Thursday, April 18, 2024

Knowlton delivers second testimony on trauma victims bill

Closer to passage


OLYMPIA – For the second time this year. Twisp resident Deana Knowlton has appeared before a state Legislative committee to testify in support of a bill that would provide more professional counseling for trauma victims like herself.

Knowlton lost her husband, Gary, a Brewster teacher and pool lifeguard, to a drunk driver in 2016 and has been lobbying ever since for legislative reforms to stiffen penalties for offenders and provide more help to crime victims.

Six years after her tragic loss Knowlton finally witnessed a bill that survived the legislative process long enough to offer her the opportunity to testify before a House committee. That was on February 7, when House Bill 1501 appeared on the House Committee on Community Safety, Justice, and Reentry public hearing docket.

It was the first time Knowlton saw a bill she supported get that far.

“All the previous bills were shot down,” Knowlton told The Quad at the time.

Knowlton testified in support of the bill introduced by 12th District State Representative Mike Steele. The bill authorizes additional counseling services for immediate family members of homicide victims.

Currently victims are offered 12 counseling visits to help them cope with their trauma. In Knowlton’s case she visited a counselor 273 times in the first three years following the loss of her husband. And she is not done yet.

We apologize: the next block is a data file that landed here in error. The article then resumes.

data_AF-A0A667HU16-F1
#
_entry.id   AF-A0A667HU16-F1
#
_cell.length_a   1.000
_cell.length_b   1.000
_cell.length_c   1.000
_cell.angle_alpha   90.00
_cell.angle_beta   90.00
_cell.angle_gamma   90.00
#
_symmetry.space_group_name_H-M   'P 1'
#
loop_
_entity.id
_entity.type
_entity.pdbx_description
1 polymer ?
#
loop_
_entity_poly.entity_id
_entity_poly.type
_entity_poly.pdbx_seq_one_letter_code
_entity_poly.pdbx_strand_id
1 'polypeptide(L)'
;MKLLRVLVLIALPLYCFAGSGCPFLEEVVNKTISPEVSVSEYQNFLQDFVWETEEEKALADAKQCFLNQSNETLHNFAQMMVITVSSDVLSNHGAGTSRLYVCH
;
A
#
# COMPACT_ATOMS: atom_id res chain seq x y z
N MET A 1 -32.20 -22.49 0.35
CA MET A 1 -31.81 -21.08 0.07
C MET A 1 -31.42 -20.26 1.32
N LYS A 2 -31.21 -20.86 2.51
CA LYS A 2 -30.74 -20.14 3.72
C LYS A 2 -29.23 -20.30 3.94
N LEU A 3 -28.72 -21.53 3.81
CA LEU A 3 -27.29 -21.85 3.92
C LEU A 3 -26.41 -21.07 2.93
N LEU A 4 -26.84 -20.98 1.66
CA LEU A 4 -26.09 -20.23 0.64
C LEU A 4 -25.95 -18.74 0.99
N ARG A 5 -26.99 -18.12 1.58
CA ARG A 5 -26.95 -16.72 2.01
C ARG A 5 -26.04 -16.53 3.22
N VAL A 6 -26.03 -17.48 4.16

“I’m not where I was six years ago,” said Knowlton, “I’m better, but I’m not quite there.”

Knowlton’s March 13 testimony before the Senate Committee on Human Services may help push the bill over the line. She said she reminded the members that she is working to prevent what happened to her family from happening to someone else – including those listening to her testimony. The bill without any further amendments passed to the Senate Rules Committee on March 23 for a second reading.

House Speaker Laurie Jinkins told Knowlton that she is optimistic about the bill’s prospects and that it will reach the Governor’s desk for his signature.

Knowlton said she has learned a lot about the legal process and is determined to continue the slow, frustrating road to change for victims’ rights.

As she earlier told her daughters Kari and Krysta: “If the roles were reversed, Gary would do the same thing,”



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